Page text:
Q&A: El-P

Photographer annie ling
December 28, 2011

El-P returns to rap’s lawless present.

In 1992, rapper/producer El-P founded the dissonant and innovative group Company Flow. They used words too big to fit between the bars of their verses and spent a lot of time incorporating elements of Philip K. Dick’s dystopian science fiction wherever they could. They also claimed to be “independent as fuck.” This was a daring move at a time when the hip-hop industry was mostly dominated by major labels. After the group disbanded, El-P founded the experimental rap label Definitive Jux in 1999. It was a hub for rap’s outsiders for 11 years, until he closed its doors last year to focus on his own career. Now, artists who would have found themselves at home on the label are adrift, left to define their own idiosyncratic personalities without a built-in support network, much like El-P in the early ’90s. He might have been ahead of the curve before, but a new generation of rappers, raised on Def Jux and armed with the internet are catching up. El-P welcomes their arrival.

New York was the center of the rap world for so long, and then it wasn’t. Are we experiencing a shift? New York got its due for so fucking long that it needed to go elsewhere for a while. It’s a really cool time. I’m excited to do music again. I feel like I have a new lease on it. I think that coming out of that Def Jux thing, I didn’t know what the result would be, but I knew that I felt in my own gut that it was not time to do that anymore, and that it had maybe outworn its usefulness for anybody. If it were five years ago, these dudes like Das Racist and Danny Brown [who is from Detroit] and Mr. Muthafuckin eXquire, they’d be on Def Jux. There’s part of me—not all of me—that feels like in some way Def Jux needed to die in order for music like this stuff to happen, in the sense that when you have something that happens to represent all of that to people, it can be dismissed in one stroke. Someone can be like, I’m over Def Jux, but it’s a lot harder to ignore individuals than it is to ignore what’s perceived as a movement.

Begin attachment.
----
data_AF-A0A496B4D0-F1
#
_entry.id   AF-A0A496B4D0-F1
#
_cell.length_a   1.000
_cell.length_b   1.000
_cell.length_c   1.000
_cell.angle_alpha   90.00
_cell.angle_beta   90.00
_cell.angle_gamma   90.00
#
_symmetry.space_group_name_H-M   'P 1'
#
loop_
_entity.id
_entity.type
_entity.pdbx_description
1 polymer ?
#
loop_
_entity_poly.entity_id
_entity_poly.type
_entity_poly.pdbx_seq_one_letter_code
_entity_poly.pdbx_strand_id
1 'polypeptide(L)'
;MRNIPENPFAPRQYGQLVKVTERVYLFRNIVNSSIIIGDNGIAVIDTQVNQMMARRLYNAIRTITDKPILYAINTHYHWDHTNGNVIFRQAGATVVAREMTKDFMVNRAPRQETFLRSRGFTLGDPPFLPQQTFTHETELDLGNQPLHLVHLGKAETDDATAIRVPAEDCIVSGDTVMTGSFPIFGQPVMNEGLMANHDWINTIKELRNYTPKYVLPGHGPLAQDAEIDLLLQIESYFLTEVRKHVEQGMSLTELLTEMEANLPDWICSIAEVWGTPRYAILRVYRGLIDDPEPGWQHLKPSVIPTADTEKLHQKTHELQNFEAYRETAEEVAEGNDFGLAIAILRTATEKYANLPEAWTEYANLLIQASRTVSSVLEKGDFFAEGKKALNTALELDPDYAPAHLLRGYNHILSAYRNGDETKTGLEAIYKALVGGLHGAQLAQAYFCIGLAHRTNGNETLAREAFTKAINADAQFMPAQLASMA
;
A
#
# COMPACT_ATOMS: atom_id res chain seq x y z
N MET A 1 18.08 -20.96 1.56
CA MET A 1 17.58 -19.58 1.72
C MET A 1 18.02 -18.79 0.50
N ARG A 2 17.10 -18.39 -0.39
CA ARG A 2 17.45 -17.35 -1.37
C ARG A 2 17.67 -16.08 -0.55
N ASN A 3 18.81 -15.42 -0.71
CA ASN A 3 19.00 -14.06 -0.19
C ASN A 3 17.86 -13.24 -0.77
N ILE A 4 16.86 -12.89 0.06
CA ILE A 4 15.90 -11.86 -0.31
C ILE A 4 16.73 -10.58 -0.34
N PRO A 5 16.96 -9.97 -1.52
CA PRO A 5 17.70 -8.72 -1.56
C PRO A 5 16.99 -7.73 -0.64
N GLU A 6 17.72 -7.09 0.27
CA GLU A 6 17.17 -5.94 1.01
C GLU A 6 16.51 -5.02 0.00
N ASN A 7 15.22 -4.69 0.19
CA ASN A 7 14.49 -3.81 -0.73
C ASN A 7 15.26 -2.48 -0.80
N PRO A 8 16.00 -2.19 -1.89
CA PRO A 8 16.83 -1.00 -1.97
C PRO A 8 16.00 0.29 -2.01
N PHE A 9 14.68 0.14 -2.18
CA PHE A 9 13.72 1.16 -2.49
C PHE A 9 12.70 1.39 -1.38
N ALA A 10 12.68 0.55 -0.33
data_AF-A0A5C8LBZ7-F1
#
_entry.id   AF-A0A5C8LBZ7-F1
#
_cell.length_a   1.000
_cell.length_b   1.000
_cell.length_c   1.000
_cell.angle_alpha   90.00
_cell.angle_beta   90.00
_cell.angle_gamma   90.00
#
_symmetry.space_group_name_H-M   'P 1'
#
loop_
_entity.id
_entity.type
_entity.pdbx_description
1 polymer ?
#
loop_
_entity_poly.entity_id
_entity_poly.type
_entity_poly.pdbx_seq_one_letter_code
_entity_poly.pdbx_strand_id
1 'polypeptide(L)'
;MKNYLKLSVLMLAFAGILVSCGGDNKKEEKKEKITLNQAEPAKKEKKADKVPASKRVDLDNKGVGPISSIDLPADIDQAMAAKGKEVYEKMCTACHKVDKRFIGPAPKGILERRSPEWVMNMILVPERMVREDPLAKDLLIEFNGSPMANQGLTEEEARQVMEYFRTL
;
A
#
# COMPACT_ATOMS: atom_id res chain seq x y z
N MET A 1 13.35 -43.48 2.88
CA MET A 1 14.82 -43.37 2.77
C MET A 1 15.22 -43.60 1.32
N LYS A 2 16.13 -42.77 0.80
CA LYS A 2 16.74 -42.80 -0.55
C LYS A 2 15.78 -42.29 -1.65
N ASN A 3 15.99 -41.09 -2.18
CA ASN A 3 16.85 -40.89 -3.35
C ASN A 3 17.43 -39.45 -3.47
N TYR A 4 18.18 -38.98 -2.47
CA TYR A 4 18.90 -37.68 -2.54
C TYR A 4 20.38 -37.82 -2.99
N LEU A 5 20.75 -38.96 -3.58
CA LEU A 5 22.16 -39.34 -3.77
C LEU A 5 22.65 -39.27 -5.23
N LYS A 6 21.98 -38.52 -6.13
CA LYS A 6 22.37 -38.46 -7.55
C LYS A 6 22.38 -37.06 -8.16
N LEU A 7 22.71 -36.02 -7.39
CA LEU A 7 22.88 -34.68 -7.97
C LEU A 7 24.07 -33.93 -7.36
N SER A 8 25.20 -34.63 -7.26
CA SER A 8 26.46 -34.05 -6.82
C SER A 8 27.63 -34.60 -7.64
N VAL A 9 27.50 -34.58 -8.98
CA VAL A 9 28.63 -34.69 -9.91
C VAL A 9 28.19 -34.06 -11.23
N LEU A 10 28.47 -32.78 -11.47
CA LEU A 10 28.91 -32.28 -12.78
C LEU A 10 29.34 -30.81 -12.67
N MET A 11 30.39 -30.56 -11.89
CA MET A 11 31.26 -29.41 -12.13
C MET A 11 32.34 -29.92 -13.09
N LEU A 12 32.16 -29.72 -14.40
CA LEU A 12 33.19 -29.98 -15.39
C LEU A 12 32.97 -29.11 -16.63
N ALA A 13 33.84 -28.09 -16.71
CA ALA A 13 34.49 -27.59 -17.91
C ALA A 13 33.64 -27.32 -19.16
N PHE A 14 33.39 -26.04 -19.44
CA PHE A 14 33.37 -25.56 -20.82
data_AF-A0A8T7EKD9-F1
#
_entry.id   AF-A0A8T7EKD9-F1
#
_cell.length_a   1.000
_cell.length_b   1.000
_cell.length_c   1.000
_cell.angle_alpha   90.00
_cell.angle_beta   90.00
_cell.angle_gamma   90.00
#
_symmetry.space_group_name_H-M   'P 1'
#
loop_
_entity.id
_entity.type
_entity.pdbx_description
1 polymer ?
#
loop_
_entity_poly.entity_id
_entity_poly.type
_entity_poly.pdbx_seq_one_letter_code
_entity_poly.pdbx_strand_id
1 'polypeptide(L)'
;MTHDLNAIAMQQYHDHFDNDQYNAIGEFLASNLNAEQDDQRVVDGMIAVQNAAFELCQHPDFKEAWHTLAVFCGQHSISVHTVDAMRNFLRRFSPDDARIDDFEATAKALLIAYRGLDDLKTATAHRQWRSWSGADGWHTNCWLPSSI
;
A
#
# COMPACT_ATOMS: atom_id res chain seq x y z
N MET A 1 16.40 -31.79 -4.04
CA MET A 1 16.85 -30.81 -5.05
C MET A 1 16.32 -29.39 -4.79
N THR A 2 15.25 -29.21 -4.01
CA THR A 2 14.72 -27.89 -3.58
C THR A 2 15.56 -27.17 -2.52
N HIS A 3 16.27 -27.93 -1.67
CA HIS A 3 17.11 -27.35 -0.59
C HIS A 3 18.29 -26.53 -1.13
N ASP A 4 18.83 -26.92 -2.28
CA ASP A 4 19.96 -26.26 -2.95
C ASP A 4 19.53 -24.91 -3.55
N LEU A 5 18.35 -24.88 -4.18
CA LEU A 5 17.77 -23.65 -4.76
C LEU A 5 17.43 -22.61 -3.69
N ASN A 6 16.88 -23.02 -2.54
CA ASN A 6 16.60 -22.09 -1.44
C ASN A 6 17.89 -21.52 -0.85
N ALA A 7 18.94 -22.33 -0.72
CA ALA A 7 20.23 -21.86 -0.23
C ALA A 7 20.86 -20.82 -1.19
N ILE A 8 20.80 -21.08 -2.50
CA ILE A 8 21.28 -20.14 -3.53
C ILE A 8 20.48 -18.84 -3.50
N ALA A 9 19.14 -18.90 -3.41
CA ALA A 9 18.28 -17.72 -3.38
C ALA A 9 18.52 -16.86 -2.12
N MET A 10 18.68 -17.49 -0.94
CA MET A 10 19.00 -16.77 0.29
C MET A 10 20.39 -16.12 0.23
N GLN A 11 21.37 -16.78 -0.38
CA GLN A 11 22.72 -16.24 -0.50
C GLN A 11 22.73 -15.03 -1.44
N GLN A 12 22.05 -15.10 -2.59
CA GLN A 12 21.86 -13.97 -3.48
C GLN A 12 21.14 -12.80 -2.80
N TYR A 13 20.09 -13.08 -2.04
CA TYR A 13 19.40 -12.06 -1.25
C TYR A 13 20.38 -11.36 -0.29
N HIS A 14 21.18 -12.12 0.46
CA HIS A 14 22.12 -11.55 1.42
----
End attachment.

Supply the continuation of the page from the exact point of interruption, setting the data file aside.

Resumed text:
Why do you think rappers from all over are adopting Company Flow’s “independent as fuck” ethos? At the time, it was a crazy thing to say. Like, Oh those wacky kids, they don’t give a shit about anyone! That [mentality] has become really pervasive throughout the industry and has become necessary. For the first time in a long while, I’m not an authority. I don’t want to be an authority. I don’t want to be the representation of anything. I don’t want to represent a scene. I don’t want to represent an idea. Ideas change, you know? I’m having a really good time just being a rapper and a producer. That’s all I’m offering, and it seems like all signs are pointing to that being the correct decision. I’m fucking a lot happier, I’ll tell you that much.

Does the public embrace of that DIY ethic open the door for weirder dudes to get mainstream attention? It’s hard to tell. I think people are just vibing off characters again. For a long time everyone started coming from the left and the right into the center, becoming this hum of two or three different signifiers. You’ve got this type of dude and this type of dude, and they’re all competing for the gangster, the hustler or the artist. Maybe I’m simplifying it. I just think people are hungry again for some surprises.

Now that you’re focusing on your own career, do you feel you’re better able to facilitate that kind of innovation? I’ve spent ten years trying to nail down this idea, and then I had to lose it to actually do it. I can point to the things I’m doing now and say, This is what I mean. It’s not a front to anybody, and it’s not a fuck you to anybody. That’s a big part of it, too. Maybe I spent too much time saying, “fuck you.” I don’t think it’s necessary all the time. 

It seems like everyone is saying “fuck you” right now. There are certain institutions that need to be told “fuck you.” That’s not what I’m talking about. Growing up, I felt instinctively that the way I wanted to be involved in music was by contributing and not just by doing a reasonable facsimile of it. I always wanted to be somebody who could be looked at as genuinely contributing, even if it’s not your thing. I mean, look, I’m not the center of anything.My relationship to what’s going on is really simple. I’m excited. I like seeing people do well. Instead of asking for help, I gave help, and that was really fulfilling for a long time. That never changed in me, but now I’m free to do it without pretense, without any other reason than it’s just satisfying.

Q&A: El-P